China closing door on US agricultural goods an opportunity for Turkish farmers

DAILY SABAH WITH AA
ISTANBUL
Published 07.08.2019 18:09
emAA Photo/em
AA Photo

China’s decision to halt purchases of U.S. agricultural products in the latest salvo in a yearlong trade war has potential for Turkish farmers to export products to China

In the latest move in more than a year-old escalating trade war between the world's two biggest economies, China on Monday announced it was suspending purchases of agricultural goods from the U.S. and threatened more tariffs on U.S. farm products, a situation that businessmen now see as an opportunity for Turkish farmers to sell their agricultural goods to China.

The decision came after U.S. President Donald Trump last week vowed to ramp up tariffs on Chinese imports, imposing 10% on around $300 billion of Chinese goods, effective Sept.1, which Beijing on Monday said "seriously violated" agreements between President Xi Jinping and Trump on the sidelines of the G20 leaders' summit in Osaka, Japan in late June. It said it would "not rule out" tariffs on newly purchased U.S. agricultural goods after Aug. 3.

The majority of agricultural products China has been buying from the U.S. are also produced in Turkey, said Murat Kolbaşı, chairman of Foreign Economic Relations Board (DEİK) Turkey-China Business Council.

However, Kolbaşı pointed to the lack of bilateral agreements between Turkey and China for the trade of agricultural products.

"We need to make bilateral agreements on these products quickly and then export agricultural products there," he stressed. "Recently we have done this in dried nuts such as peanuts and then in cherries. We are also in talks regarding other products such as pomegranate and citrus. We talked to our ambassador this morning, and our commercial attaches are working on it. We are rapidly looking to expand these bilateral agreements."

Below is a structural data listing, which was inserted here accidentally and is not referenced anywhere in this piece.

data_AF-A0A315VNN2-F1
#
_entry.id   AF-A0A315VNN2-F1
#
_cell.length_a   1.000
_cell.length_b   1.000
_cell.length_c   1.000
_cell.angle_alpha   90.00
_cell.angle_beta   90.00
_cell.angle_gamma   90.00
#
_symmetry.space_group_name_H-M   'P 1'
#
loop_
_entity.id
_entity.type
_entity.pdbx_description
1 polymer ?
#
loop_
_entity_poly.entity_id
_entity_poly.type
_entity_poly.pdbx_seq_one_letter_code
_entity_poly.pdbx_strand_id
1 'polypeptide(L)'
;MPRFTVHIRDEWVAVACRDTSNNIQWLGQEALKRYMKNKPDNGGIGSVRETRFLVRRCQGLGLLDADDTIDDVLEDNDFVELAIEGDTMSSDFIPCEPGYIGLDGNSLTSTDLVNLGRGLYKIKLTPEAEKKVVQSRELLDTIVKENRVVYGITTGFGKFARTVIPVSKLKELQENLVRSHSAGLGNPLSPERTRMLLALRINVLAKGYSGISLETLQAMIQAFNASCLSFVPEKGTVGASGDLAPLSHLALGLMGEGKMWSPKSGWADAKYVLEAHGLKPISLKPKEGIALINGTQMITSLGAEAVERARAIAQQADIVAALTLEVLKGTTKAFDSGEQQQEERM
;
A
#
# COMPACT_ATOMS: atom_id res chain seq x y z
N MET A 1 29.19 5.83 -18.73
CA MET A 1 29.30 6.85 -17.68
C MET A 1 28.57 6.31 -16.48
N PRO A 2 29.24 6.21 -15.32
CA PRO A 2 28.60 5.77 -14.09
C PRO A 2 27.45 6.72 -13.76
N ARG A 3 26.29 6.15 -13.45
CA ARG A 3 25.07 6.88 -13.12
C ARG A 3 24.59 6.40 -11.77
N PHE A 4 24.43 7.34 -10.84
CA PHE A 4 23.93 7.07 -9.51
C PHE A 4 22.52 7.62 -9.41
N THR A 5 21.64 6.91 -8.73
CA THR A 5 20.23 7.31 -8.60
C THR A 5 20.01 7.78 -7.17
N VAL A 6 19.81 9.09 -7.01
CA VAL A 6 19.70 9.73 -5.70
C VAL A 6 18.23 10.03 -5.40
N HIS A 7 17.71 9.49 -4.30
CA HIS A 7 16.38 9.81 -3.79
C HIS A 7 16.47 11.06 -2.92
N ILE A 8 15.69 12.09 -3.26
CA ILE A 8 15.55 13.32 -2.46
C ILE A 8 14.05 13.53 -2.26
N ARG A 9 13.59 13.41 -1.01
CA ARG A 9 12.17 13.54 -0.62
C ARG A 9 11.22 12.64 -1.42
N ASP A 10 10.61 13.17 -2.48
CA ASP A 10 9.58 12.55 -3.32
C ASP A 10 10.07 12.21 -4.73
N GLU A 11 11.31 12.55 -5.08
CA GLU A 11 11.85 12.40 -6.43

He emphasized the importance of product-based agreements. "For example, to purchase an orange from Turkey, it needs a quarantine process, and the orange must comply with China's procedures and have quarantine documents," Kolbaşı added. "With bilateral agreements, the qualification documents required to buy the orange from the field and sell it to China must be completed, and China must accept these documents. We have such shortcomings now. We can sit down and solve these issues together."

China a major buyer

The DEİK Turkey-China Business Council chairman also said under these agreements, documents indicating that there are no diseases and residues in agricultural products produced by Turkey and that they comply with Chinese standards should be presented, adding China is a major buyer with a population of 1.4 billion.

He stressed that this tension between the United States and China might be an opportunity for Turkey, saying that all fresh vegetables and fruits and cereals growing in Turkey, especially citrus, have potential.

'We evaluate China from long-term perspective'

On the other hand, Fahrettin Poyraz, general manager of the Agricultural Credit Cooperatives of Turkey, said that there would be tides in international relations, but they viewed events in terms of institutions and Turkey in the long run.

"We have already been working on the Chinese market for a long time. We need to think of this project independently of these processes," Poyraz said. "We work without losing sight of the opportunities in line with our capacity and capability. Trade with China is a matter that needs to be evaluated from a long-term perspective. We will continue to do our best to take advantage of any opportunities we face."

Last year, Turkey purchased $20.7 billion worth of goods from the Far Eastern nation, while its exports to the country only totaled $2.89 billion. In the first six months of the current year, Turkey's exports to China were about $1.25 billion, while imports were $8.59 billion, according to data by the Turkish Statistical Institute (TurkStat). Over the last year, however, Turkey has intensified efforts to broaden its export footprint in the Chinese market.

Poyraz noted that the demand for fruit, especially cherries, from China is high. "Due to the far distance, its cold chain must be well-formed. We focus on this point. There is a market there for dried nuts. We have ongoing studies on this, and they continue positively," he said, highlighting that they are considering hosting a delegation from China in Turkey. "Depending on developments there, China is our top agenda item," he added.

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